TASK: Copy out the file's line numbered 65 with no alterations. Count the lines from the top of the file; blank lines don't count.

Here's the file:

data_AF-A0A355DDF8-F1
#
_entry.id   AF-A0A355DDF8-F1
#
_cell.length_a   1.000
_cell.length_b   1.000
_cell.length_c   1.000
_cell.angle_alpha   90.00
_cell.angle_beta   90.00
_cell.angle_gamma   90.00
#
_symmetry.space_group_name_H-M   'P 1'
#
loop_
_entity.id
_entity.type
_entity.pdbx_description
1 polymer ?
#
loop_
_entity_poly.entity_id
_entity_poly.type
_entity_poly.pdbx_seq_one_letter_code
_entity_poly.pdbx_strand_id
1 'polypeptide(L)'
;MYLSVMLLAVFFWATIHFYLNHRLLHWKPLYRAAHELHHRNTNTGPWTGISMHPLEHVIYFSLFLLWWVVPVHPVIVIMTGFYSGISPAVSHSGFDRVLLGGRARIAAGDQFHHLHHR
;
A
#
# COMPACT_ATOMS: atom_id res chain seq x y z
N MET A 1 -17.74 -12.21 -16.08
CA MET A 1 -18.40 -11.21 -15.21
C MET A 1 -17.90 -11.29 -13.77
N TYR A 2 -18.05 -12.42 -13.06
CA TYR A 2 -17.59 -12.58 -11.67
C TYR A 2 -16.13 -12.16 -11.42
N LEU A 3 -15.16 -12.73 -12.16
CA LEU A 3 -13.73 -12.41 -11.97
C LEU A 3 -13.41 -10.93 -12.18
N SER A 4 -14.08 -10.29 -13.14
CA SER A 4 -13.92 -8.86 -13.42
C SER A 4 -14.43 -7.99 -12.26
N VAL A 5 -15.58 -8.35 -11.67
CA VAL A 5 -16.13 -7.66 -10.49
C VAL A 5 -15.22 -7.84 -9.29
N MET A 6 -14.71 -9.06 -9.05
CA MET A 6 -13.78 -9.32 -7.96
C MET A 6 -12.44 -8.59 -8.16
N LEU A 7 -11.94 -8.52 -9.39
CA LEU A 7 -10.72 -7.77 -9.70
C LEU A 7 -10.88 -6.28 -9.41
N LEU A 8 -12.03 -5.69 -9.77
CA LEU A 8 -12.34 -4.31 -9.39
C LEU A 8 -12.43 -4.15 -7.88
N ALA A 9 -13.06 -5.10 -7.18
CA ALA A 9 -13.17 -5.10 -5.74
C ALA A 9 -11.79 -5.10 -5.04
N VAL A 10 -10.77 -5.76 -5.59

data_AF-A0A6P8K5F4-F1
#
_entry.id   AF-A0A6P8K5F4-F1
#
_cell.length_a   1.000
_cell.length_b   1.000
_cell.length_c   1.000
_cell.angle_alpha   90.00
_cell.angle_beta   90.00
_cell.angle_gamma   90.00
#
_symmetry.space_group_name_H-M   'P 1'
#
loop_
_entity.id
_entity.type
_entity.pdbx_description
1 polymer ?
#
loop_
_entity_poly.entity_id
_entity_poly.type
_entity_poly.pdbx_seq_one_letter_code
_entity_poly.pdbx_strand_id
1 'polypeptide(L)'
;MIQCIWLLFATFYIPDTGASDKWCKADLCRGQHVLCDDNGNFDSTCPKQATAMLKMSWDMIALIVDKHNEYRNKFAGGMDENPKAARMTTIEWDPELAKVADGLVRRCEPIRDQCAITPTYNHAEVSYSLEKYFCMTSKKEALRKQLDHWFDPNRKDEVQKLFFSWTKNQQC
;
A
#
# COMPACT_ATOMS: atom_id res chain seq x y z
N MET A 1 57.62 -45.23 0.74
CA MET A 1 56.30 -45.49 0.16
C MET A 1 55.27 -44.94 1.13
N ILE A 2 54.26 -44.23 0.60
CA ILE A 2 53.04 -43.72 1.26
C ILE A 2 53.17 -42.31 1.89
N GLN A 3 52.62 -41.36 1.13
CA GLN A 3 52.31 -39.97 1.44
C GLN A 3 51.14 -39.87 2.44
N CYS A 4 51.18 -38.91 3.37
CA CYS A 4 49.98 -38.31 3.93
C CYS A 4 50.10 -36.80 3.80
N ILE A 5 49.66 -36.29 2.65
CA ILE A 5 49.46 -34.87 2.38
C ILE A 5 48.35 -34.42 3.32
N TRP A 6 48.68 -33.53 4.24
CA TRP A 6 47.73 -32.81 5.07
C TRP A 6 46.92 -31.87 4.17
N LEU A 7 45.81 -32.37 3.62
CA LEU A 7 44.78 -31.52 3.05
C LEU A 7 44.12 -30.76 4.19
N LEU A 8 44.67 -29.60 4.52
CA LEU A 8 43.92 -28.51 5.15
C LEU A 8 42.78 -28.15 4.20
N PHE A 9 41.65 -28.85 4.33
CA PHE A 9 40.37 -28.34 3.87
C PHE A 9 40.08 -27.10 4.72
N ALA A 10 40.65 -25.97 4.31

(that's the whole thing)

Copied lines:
_cell.length_c   1.000